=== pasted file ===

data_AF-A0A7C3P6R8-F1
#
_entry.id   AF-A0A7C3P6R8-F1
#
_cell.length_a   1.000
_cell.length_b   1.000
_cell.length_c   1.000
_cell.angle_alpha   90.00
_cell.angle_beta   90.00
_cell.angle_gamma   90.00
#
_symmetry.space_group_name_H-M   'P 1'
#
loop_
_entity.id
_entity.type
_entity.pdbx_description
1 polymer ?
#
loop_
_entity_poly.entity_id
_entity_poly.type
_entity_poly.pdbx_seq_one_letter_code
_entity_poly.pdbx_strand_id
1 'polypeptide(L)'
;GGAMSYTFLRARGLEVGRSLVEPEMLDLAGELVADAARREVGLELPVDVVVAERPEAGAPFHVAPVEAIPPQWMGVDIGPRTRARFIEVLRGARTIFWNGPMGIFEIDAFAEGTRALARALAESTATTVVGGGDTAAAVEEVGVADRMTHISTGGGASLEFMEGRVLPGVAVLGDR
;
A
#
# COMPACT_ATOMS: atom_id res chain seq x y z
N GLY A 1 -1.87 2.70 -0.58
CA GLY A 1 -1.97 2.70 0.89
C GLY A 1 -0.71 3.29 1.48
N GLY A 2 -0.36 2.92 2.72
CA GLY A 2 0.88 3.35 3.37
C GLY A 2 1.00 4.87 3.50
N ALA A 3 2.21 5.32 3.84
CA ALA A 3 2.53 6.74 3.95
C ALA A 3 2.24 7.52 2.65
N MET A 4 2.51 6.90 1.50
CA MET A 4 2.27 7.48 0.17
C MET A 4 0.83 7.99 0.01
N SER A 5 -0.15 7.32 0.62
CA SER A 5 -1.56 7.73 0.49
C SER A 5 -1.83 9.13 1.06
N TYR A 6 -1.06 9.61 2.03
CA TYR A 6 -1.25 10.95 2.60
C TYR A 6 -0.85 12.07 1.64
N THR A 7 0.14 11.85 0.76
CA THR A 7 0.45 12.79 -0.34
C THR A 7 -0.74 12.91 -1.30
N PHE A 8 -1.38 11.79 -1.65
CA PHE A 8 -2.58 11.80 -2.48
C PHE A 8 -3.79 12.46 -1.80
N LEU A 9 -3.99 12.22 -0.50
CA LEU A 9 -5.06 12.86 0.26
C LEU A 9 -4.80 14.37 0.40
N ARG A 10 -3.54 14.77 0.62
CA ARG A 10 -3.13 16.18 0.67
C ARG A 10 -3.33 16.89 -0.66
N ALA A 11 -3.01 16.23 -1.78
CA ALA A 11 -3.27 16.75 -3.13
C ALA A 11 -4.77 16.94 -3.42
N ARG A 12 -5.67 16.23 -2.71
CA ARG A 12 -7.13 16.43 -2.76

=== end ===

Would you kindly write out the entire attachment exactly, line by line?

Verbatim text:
data_AF-A0A7C3P6R8-F1
#
_entry.id   AF-A0A7C3P6R8-F1
#
_cell.length_a   1.000
_cell.length_b   1.000
_cell.length_c   1.000
_cell.angle_alpha   90.00
_cell.angle_beta   90.00
_cell.angle_gamma   90.00
#
_symmetry.space_group_name_H-M   'P 1'
#
loop_
_entity.id
_entity.type
_entity.pdbx_description
1 polymer ?
#
loop_
_entity_poly.entity_id
_entity_poly.type
_entity_poly.pdbx_seq_one_letter_code
_entity_poly.pdbx_strand_id
1 'polypeptide(L)'
;GGAMSYTFLRARGLEVGRSLVEPEMLDLAGELVADAARREVGLELPVDVVVAERPEAGAPFHVAPVEAIPPQWMGVDIGPRTRARFIEVLRGARTIFWNGPMGIFEIDAFAEGTRALARALAESTATTVVGGGDTAAAVEEVGVADRMTHISTGGGASLEFMEGRVLPGVAVLGDR
;
A
#
# COMPACT_ATOMS: atom_id res chain seq x y z
N GLY A 1 -1.87 2.70 -0.58
CA GLY A 1 -1.97 2.70 0.89
C GLY A 1 -0.71 3.29 1.48
N GLY A 2 -0.36 2.92 2.72
CA GLY A 2 0.88 3.35 3.37
C GLY A 2 1.00 4.87 3.50
N ALA A 3 2.21 5.32 3.84
CA ALA A 3 2.53 6.74 3.95
C ALA A 3 2.24 7.52 2.65
N MET A 4 2.51 6.90 1.50
CA MET A 4 2.27 7.48 0.17
C MET A 4 0.83 7.99 0.01
N SER A 5 -0.15 7.32 0.62
CA SER A 5 -1.56 7.73 0.49
C SER A 5 -1.83 9.13 1.06
N TYR A 6 -1.06 9.61 2.03
CA TYR A 6 -1.25 10.95 2.60
C TYR A 6 -0.85 12.07 1.64
N THR A 7 0.14 11.85 0.76
CA THR A 7 0.45 12.79 -0.34
C THR A 7 -0.74 12.91 -1.30
N PHE A 8 -1.38 11.79 -1.65
CA PHE A 8 -2.58 11.80 -2.48
C PHE A 8 -3.79 12.46 -1.80
N LEU A 9 -3.99 12.22 -0.50
CA LEU A 9 -5.06 12.86 0.26
C LEU A 9 -4.80 14.37 0.40
N ARG A 10 -3.54 14.77 0.62
CA ARG A 10 -3.13 16.18 0.67
C ARG A 10 -3.33 16.89 -0.66
N ALA A 11 -3.01 16.23 -1.78
CA ALA A 11 -3.27 16.75 -3.13
C ALA A 11 -4.77 16.94 -3.42
N ARG A 12 -5.67 16.23 -2.71
CA ARG A 12 -7.13 16.43 -2.76